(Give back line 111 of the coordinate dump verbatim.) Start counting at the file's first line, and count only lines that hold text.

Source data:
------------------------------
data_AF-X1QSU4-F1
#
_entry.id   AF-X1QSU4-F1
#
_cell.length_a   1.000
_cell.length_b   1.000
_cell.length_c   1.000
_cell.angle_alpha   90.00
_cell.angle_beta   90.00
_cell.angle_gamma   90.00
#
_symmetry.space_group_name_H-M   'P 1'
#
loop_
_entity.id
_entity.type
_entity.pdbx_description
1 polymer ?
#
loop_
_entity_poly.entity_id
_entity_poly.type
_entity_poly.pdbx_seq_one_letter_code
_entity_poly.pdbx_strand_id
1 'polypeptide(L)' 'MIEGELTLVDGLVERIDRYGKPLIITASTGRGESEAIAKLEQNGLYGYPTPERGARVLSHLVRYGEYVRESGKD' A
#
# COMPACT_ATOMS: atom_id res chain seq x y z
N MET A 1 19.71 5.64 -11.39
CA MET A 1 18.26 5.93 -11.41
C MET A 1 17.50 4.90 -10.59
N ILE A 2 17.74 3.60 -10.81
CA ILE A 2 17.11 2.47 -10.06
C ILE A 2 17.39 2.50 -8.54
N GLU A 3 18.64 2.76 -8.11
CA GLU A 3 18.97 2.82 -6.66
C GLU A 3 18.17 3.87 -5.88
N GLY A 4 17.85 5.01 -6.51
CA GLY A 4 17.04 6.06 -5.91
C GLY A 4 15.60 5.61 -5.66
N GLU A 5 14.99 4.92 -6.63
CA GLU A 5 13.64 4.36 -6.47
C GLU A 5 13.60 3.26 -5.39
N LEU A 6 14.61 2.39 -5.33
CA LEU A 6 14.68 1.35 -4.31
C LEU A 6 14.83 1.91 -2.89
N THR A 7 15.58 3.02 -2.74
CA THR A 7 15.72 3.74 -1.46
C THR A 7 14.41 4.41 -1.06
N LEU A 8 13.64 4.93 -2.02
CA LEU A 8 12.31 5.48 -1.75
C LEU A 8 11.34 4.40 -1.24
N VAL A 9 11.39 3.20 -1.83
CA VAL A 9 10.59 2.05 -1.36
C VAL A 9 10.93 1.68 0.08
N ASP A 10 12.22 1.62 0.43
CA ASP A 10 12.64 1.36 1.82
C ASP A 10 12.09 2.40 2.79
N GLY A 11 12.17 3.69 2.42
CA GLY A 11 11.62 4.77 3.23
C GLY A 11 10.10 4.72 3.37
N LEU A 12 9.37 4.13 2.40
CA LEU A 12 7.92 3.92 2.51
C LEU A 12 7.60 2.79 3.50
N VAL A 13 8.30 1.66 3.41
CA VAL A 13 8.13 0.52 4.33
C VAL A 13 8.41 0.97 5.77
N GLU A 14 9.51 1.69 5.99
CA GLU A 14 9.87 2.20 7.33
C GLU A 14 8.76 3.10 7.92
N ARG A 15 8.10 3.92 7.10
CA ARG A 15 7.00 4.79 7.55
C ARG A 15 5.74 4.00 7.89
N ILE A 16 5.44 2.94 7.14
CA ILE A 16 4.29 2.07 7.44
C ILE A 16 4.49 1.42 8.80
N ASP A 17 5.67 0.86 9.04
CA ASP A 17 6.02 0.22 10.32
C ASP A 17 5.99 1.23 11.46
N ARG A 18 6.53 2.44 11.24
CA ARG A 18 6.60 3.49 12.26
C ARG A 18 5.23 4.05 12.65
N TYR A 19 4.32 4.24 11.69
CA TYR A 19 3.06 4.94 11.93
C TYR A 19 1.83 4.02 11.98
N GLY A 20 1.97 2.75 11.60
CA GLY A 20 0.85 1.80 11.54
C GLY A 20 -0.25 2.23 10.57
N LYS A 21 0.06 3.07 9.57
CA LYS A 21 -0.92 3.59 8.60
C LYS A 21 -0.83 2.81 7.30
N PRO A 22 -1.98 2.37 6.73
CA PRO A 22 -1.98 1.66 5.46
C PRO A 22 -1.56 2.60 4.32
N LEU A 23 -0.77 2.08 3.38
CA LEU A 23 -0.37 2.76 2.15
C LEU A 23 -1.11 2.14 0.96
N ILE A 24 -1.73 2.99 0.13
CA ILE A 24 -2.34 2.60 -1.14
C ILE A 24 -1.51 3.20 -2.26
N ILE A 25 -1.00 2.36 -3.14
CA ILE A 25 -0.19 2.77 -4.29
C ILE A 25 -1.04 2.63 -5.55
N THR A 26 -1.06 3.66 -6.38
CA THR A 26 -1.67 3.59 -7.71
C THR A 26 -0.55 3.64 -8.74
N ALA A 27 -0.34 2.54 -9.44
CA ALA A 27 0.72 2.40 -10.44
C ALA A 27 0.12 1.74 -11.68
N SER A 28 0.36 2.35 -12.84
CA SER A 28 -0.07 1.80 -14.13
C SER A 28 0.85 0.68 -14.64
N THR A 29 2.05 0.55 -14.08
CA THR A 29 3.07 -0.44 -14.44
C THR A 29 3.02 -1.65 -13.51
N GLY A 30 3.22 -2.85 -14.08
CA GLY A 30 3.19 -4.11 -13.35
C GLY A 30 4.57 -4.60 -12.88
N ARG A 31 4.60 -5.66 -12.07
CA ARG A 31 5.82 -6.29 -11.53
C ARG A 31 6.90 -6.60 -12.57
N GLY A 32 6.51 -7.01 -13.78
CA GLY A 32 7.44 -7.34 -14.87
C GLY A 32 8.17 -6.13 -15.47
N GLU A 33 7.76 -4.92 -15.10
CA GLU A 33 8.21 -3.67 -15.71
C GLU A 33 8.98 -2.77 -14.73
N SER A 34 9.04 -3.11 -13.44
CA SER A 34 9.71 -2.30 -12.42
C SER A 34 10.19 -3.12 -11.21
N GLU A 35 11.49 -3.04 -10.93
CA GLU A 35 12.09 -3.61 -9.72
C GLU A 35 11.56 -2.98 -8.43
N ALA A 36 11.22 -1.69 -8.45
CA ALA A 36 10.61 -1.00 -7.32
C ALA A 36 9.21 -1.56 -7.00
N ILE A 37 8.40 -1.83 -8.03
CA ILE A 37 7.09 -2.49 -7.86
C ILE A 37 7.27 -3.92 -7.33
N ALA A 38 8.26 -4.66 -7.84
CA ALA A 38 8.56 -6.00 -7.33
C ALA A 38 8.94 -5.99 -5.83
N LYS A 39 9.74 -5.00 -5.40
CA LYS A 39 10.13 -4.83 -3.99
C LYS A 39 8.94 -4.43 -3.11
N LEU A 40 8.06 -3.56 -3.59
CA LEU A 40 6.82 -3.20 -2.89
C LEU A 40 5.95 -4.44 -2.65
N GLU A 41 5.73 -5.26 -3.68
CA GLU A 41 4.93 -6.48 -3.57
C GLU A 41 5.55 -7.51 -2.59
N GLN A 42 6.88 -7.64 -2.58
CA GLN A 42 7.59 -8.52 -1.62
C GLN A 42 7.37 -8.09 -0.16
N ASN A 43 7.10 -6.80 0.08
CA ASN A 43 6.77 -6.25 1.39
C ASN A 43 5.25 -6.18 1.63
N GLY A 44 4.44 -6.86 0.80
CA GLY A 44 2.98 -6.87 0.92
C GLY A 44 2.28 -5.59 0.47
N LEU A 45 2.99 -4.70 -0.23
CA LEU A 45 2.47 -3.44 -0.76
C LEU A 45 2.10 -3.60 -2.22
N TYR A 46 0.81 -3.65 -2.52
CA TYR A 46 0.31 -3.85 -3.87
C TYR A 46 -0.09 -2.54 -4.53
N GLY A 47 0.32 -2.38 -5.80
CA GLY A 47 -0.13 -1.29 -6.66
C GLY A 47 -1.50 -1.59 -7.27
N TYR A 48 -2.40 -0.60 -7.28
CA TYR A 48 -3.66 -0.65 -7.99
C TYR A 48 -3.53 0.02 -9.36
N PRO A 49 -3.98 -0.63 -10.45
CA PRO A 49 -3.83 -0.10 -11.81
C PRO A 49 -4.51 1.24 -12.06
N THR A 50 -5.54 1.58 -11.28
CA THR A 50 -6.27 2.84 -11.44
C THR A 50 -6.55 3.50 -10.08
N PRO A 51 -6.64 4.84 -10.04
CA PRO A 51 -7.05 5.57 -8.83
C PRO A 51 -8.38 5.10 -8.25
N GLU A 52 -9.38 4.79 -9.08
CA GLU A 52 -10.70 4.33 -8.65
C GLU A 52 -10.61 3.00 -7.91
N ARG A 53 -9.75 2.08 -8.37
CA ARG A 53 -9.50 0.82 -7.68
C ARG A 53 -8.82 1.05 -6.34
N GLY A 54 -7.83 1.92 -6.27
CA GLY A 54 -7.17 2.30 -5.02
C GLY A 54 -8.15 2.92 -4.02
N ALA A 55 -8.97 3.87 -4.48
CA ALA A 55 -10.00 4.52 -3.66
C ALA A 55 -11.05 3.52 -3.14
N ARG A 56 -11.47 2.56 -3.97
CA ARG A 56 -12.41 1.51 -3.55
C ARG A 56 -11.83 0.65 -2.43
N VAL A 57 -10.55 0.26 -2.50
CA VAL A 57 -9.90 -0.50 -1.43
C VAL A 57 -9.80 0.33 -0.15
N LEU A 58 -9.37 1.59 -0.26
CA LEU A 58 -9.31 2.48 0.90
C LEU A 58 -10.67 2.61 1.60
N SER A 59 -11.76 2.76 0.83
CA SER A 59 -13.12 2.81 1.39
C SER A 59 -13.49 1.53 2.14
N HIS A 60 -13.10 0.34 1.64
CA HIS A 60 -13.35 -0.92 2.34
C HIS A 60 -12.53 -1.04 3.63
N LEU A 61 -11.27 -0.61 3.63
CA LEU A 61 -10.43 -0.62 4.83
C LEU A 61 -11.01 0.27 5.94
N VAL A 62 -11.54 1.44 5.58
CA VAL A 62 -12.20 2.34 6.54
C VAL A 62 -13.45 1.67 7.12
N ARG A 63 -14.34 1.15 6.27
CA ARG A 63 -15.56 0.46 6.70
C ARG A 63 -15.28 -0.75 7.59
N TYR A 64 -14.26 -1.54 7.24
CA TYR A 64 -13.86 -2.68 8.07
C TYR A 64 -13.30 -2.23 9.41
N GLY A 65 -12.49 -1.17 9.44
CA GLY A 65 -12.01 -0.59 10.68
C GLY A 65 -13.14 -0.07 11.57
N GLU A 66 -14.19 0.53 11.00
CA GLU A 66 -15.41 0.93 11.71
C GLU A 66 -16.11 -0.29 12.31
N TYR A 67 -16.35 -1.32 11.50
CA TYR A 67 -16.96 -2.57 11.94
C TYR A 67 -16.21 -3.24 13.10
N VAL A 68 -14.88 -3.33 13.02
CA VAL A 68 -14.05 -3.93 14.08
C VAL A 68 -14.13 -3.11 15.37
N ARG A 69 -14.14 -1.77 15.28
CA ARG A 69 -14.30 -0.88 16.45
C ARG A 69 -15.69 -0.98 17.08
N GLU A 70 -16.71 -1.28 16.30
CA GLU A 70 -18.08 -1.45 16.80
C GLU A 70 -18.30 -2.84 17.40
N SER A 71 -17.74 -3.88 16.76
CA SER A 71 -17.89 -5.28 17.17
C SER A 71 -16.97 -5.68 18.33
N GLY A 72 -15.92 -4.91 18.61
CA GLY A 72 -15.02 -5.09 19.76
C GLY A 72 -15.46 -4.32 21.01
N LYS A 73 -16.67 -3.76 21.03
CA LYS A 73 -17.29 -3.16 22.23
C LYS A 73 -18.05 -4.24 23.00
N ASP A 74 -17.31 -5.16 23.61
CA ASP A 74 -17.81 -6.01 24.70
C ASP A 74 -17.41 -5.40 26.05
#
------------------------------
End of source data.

C SER A 28 0.85 0.68 -14.64